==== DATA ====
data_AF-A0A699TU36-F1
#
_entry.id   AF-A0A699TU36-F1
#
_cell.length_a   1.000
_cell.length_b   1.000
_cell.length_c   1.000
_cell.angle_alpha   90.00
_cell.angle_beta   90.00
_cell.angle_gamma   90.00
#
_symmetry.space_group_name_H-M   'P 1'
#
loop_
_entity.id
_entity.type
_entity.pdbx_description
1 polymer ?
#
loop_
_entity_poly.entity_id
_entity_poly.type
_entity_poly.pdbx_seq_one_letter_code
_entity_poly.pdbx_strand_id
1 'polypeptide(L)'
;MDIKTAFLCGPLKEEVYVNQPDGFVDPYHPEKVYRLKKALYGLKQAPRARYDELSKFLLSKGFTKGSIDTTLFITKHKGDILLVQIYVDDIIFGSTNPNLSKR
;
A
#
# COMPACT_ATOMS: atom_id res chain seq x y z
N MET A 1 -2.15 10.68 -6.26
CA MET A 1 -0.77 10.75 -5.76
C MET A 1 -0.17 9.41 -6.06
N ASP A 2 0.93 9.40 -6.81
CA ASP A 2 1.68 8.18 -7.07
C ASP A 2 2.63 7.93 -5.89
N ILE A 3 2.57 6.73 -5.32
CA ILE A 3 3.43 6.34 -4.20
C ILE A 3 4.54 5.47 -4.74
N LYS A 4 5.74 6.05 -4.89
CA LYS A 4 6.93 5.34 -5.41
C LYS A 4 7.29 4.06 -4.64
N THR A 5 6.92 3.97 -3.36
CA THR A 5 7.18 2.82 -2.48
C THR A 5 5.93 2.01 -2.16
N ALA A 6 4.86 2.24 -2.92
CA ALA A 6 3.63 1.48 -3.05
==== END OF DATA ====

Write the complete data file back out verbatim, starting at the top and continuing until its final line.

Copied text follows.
data_AF-A0A699TU36-F1
#
_entry.id   AF-A0A699TU36-F1
#
_cell.length_a   1.000
_cell.length_b   1.000
_cell.length_c   1.000
_cell.angle_alpha   90.00
_cell.angle_beta   90.00
_cell.angle_gamma   90.00
#
_symmetry.space_group_name_H-M   'P 1'
#
loop_
_entity.id
_entity.type
_entity.pdbx_description
1 polymer ?
#
loop_
_entity_poly.entity_id
_entity_poly.type
_entity_poly.pdbx_seq_one_letter_code
_entity_poly.pdbx_strand_id
1 'polypeptide(L)'
;MDIKTAFLCGPLKEEVYVNQPDGFVDPYHPEKVYRLKKALYGLKQAPRARYDELSKFLLSKGFTKGSIDTTLFITKHKGDILLVQIYVDDIIFGSTNPNLSKR
;
A
#
# COMPACT_ATOMS: atom_id res chain seq x y z
N MET A 1 -2.15 10.68 -6.26
CA MET A 1 -0.77 10.75 -5.76
C MET A 1 -0.17 9.41 -6.06
N ASP A 2 0.93 9.40 -6.81
CA ASP A 2 1.68 8.18 -7.07
C ASP A 2 2.63 7.93 -5.89
N ILE A 3 2.57 6.73 -5.32
CA ILE A 3 3.43 6.34 -4.20
C ILE A 3 4.54 5.47 -4.74
N LYS A 4 5.74 6.05 -4.89
CA LYS A 4 6.93 5.34 -5.41
C LYS A 4 7.29 4.06 -4.64
N THR A 5 6.92 3.97 -3.36
CA THR A 5 7.18 2.82 -2.48
C THR A 5 5.93 2.01 -2.16
N ALA A 6 4.86 2.24 -2.92
CA ALA A 6 3.63 1.48 -3.05